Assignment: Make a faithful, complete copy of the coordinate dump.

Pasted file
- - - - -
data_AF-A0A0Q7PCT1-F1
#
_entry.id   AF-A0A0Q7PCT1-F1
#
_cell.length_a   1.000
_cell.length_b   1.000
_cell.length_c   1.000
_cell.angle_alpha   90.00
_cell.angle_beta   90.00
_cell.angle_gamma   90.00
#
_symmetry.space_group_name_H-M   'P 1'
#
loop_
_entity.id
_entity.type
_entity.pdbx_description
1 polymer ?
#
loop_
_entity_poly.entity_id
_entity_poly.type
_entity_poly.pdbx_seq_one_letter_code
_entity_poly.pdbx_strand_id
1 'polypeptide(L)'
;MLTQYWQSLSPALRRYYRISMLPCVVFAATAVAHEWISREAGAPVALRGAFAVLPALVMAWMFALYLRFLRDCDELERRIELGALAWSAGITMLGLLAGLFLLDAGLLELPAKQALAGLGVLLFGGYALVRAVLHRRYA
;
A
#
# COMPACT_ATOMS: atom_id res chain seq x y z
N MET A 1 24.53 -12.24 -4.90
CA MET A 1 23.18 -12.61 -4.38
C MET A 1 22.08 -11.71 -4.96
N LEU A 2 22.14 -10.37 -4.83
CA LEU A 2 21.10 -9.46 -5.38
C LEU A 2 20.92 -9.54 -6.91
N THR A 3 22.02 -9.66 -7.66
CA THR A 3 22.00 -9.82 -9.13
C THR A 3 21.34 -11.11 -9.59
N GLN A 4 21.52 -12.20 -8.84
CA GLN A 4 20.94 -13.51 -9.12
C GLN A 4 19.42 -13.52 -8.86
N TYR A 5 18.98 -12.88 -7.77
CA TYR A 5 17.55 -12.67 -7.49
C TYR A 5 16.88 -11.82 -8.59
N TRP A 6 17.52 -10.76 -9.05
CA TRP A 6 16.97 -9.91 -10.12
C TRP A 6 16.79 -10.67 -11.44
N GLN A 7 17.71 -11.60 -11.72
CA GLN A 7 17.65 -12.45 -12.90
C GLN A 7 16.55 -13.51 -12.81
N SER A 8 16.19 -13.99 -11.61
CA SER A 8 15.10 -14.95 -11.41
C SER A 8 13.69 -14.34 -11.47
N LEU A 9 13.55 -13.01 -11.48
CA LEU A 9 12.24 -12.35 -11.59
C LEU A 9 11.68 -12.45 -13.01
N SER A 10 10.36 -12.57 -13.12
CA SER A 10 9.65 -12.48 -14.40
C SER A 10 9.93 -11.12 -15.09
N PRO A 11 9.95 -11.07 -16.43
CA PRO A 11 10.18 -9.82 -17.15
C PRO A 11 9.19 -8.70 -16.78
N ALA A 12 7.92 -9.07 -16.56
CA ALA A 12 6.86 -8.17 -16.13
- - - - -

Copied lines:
data_AF-A0A0Q7PCT1-F1
#
_entry.id   AF-A0A0Q7PCT1-F1
#
_cell.length_a   1.000
_cell.length_b   1.000
_cell.length_c   1.000
_cell.angle_alpha   90.00
_cell.angle_beta   90.00
_cell.angle_gamma   90.00
#
_symmetry.space_group_name_H-M   'P 1'
#
loop_
_entity.id
_entity.type
_entity.pdbx_description
1 polymer ?
#
loop_
_entity_poly.entity_id
_entity_poly.type
_entity_poly.pdbx_seq_one_letter_code
_entity_poly.pdbx_strand_id
1 'polypeptide(L)'
;MLTQYWQSLSPALRRYYRISMLPCVVFAATAVAHEWISREAGAPVALRGAFAVLPALVMAWMFALYLRFLRDCDELERRIELGALAWSAGITMLGLLAGLFLLDAGLLELPAKQALAGLGVLLFGGYALVRAVLHRRYA
;
A
#
# COMPACT_ATOMS: atom_id res chain seq x y z
N MET A 1 24.53 -12.24 -4.90
CA MET A 1 23.18 -12.61 -4.38
C MET A 1 22.08 -11.71 -4.96
N LEU A 2 22.14 -10.37 -4.83
CA LEU A 2 21.10 -9.46 -5.38
C LEU A 2 20.92 -9.54 -6.91
N THR A 3 22.02 -9.66 -7.66
CA THR A 3 22.00 -9.82 -9.13
C THR A 3 21.34 -11.11 -9.59
N GLN A 4 21.52 -12.20 -8.84
CA GLN A 4 20.94 -13.51 -9.12
C GLN A 4 19.42 -13.52 -8.86
N TYR A 5 18.98 -12.88 -7.77
CA TYR A 5 17.55 -12.67 -7.49
C TYR A 5 16.88 -11.82 -8.59
N TRP A 6 17.52 -10.76 -9.05
CA TRP A 6 16.97 -9.91 -10.12
C TRP A 6 16.79 -10.67 -11.44
N GLN A 7 17.71 -11.60 -11.72
CA GLN A 7 17.65 -12.45 -12.90
C GLN A 7 16.55 -13.51 -12.81
N SER A 8 16.19 -13.99 -11.61
CA SER A 8 15.10 -14.95 -11.41
C SER A 8 13.69 -14.34 -11.47
N LEU A 9 13.55 -13.01 -11.48
CA LEU A 9 12.24 -12.35 -11.59
C LEU A 9 11.68 -12.45 -13.01
N SER A 10 10.36 -12.57 -13.12
CA SER A 10 9.65 -12.48 -14.40
C SER A 10 9.93 -11.12 -15.09
N PRO A 11 9.95 -11.07 -16.43
CA PRO A 11 10.18 -9.82 -17.15
C PRO A 11 9.19 -8.70 -16.78
N ALA A 12 7.92 -9.07 -16.56
CA ALA A 12 6.86 -8.17 -16.13